In 2018, the City of Oak Harbor Human Resources Manager asked me if I would consider taking my job back. They explained that the city had is-sues which they felt they needed me to deal with. So here I am, back in the game, and the rules have changed seriously since my last day on the job in 2010.
So, what’s my point? The Military and Law Enforcement worlds have countless academies, courses, classes, seminars and field training, to in-sure that their people can be proficient at whatever they are tasked to do. But when one becomes a Code Enforcement Officer, where is the Acade-my? What school or training course can the new Officer sign up for?
The best chance currently available for Code Enforcement Officers to im-prove their job skills is to join the Washington Association of Code En-forcement Officers and make it a point to attend any and all training available through WACE.
I recently attended a presentation by Jesus Villahermosa, retired Pierce County Deputy Sheriff. I was skeptical about how much a re-tired Law Enforcement Officer could tell me that would relate to the Code Enforcement environment, but I felt that I was seriously in need of some updated training, any kind of training. I was pleasantly surprised to see that WACE had found an instructor that complete-ly understood and incorporated the fine points of instruction into his presentation. Jesus not only spoke the words, he emphasized them with appropriate body language and just the right amount of humor. He delivered his message to an audience that he held riveted with his delivery, knowing when to use an expression, a gesture or a tone of voice to highlight the message he wanted to get across. He moved across the stage area without losing eye contact, and made an obvious effort to interact with the listeners in a way that drew peo-ple in without making them uncomfortable. I was also happy to see that his presentation, which focused on Officer Safety by situational awareness, was in fact tailored to the types of situations that Code Enforcement Officers actually deal with. Jesus incorporated the les-sons he had learned from a life on the streets into lessons for use by those of us who must practice Code Enforcement without all the tools possessed by the Police. If this is the kind of instruction that can be expected from the Washington Association Code Enforcement Officers, I am definitely signing up for whatever training they sponsor in the future. Thank you WACE for stepping up and filling this need.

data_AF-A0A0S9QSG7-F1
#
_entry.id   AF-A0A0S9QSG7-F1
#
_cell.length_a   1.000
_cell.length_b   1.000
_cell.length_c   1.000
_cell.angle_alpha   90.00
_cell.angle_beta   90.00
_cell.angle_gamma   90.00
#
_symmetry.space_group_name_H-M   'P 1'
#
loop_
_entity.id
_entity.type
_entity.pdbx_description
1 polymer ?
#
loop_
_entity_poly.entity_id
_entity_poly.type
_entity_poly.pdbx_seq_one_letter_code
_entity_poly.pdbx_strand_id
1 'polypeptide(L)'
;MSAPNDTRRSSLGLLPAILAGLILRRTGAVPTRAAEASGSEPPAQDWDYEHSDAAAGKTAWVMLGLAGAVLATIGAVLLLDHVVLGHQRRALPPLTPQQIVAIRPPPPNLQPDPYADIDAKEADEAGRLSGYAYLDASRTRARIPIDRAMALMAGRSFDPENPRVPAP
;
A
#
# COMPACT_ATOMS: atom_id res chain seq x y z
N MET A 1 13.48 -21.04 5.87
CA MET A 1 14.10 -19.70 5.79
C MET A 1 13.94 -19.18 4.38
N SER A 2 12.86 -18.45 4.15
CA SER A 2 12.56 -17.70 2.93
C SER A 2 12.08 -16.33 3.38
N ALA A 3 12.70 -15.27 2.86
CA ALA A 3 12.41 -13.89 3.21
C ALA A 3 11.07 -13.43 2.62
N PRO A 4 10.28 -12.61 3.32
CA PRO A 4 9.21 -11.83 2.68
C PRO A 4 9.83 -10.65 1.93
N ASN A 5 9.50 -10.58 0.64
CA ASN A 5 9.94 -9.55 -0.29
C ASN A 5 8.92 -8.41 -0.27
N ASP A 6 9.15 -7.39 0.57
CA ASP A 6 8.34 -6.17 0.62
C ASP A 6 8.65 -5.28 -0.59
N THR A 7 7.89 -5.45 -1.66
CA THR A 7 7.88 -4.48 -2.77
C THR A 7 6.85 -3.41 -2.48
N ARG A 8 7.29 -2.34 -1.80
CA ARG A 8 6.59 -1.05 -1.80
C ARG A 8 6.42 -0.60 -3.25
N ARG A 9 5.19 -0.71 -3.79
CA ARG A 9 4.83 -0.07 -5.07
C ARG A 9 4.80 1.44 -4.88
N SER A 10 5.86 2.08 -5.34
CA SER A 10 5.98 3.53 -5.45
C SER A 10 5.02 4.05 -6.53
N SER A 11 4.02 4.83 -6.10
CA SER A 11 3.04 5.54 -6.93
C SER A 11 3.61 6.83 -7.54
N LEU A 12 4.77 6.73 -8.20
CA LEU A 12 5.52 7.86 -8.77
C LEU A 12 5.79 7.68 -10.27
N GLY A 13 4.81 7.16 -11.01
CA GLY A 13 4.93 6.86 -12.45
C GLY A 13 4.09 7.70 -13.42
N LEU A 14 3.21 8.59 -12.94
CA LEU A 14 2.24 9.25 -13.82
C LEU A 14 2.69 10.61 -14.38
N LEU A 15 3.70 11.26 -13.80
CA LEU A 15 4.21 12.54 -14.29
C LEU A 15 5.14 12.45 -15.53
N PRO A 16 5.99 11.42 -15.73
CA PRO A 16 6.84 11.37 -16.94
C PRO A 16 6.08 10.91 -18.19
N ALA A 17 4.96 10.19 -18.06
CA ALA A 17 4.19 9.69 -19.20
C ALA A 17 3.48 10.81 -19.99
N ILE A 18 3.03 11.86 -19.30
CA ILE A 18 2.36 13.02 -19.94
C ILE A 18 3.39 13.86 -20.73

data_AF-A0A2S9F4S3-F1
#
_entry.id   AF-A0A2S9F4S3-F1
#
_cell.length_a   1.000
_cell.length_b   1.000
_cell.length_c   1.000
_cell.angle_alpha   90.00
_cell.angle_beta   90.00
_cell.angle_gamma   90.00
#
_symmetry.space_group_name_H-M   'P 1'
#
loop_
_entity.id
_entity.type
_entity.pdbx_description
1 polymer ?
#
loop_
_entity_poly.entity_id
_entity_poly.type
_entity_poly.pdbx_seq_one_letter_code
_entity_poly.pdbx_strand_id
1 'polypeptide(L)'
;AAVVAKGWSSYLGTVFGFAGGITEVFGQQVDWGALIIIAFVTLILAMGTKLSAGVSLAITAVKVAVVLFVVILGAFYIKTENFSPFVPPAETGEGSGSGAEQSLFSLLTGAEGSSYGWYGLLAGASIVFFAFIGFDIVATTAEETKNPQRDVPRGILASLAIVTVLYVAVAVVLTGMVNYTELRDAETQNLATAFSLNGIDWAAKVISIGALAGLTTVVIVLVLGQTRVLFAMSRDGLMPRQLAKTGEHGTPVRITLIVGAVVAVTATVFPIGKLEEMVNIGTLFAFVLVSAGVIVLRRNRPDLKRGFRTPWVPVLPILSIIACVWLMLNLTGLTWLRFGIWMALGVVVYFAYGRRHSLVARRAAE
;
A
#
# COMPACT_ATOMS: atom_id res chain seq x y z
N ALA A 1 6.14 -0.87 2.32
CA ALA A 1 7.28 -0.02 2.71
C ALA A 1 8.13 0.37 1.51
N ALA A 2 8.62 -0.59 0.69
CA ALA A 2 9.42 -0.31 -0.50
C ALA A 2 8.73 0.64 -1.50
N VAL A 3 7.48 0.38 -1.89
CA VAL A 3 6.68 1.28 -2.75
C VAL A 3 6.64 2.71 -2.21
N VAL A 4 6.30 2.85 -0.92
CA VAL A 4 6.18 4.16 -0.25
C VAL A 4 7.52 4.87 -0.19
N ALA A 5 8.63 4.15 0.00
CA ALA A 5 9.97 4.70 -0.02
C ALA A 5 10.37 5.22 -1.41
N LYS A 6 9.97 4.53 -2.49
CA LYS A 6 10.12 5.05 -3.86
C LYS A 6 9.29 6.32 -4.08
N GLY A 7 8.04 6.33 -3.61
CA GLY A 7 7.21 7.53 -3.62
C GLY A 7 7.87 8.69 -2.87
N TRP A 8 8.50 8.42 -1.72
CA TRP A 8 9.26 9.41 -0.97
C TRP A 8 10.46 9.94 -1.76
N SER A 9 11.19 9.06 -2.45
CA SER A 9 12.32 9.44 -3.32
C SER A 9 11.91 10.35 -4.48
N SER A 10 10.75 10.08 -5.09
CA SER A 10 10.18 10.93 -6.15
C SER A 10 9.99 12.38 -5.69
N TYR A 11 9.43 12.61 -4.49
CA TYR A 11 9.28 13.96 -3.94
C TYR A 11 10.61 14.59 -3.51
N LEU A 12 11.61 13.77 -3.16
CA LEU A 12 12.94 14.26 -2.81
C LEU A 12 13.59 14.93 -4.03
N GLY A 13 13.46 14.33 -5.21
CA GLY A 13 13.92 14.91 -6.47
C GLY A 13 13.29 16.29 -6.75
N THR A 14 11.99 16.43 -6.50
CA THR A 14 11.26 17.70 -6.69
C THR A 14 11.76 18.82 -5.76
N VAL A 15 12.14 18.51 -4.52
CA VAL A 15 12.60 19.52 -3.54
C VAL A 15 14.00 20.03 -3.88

Jesus Villahermosa with Nicolas Poulsbo. Photo courtesy of Katie